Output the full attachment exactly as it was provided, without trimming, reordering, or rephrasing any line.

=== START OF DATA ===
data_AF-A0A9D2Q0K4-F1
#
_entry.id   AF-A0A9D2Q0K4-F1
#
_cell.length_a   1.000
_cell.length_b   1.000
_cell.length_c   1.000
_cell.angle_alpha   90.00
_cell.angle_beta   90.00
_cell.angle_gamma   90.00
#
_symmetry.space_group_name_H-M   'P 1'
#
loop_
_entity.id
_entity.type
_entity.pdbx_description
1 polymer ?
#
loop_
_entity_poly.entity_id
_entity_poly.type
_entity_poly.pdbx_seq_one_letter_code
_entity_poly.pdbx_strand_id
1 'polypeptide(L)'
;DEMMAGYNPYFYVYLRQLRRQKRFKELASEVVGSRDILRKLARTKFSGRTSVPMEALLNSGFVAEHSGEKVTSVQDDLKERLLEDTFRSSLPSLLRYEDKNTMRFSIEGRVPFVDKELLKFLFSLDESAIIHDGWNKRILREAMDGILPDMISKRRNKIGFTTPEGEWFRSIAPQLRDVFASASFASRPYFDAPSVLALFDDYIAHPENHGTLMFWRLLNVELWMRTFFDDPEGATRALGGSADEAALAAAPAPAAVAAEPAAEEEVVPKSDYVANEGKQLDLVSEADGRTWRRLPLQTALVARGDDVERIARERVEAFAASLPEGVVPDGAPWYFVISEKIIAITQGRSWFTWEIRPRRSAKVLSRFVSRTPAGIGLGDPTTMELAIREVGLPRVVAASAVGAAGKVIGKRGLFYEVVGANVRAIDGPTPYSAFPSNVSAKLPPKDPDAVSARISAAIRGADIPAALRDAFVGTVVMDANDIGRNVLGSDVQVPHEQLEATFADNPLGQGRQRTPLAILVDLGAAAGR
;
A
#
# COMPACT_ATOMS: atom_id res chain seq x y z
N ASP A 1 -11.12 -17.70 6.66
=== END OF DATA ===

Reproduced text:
data_AF-A0A9D2Q0K4-F1
#
_entry.id   AF-A0A9D2Q0K4-F1
#
_cell.length_a   1.000
_cell.length_b   1.000
_cell.length_c   1.000
_cell.angle_alpha   90.00
_cell.angle_beta   90.00
_cell.angle_gamma   90.00
#
_symmetry.space_group_name_H-M   'P 1'
#
loop_
_entity.id
_entity.type
_entity.pdbx_description
1 polymer ?
#
loop_
_entity_poly.entity_id
_entity_poly.type
_entity_poly.pdbx_seq_one_letter_code
_entity_poly.pdbx_strand_id
1 'polypeptide(L)'
;DEMMAGYNPYFYVYLRQLRRQKRFKELASEVVGSRDILRKLARTKFSGRTSVPMEALLNSGFVAEHSGEKVTSVQDDLKERLLEDTFRSSLPSLLRYEDKNTMRFSIEGRVPFVDKELLKFLFSLDESAIIHDGWNKRILREAMDGILPDMISKRRNKIGFTTPEGEWFRSIAPQLRDVFASASFASRPYFDAPSVLALFDDYIAHPENHGTLMFWRLLNVELWMRTFFDDPEGATRALGGSADEAALAAAPAPAAVAAEPAAEEEVVPKSDYVANEGKQLDLVSEADGRTWRRLPLQTALVARGDDVERIARERVEAFAASLPEGVVPDGAPWYFVISEKIIAITQGRSWFTWEIRPRRSAKVLSRFVSRTPAGIGLGDPTTMELAIREVGLPRVVAASAVGAAGKVIGKRGLFYEVVGANVRAIDGPTPYSAFPSNVSAKLPPKDPDAVSARISAAIRGADIPAALRDAFVGTVVMDANDIGRNVLGSDVQVPHEQLEATFADNPLGQGRQRTPLAILVDLGAAAGR
;
A
#
# COMPACT_ATOMS: atom_id res chain seq x y z
N ASP A 1 -11.12 -17.70 6.66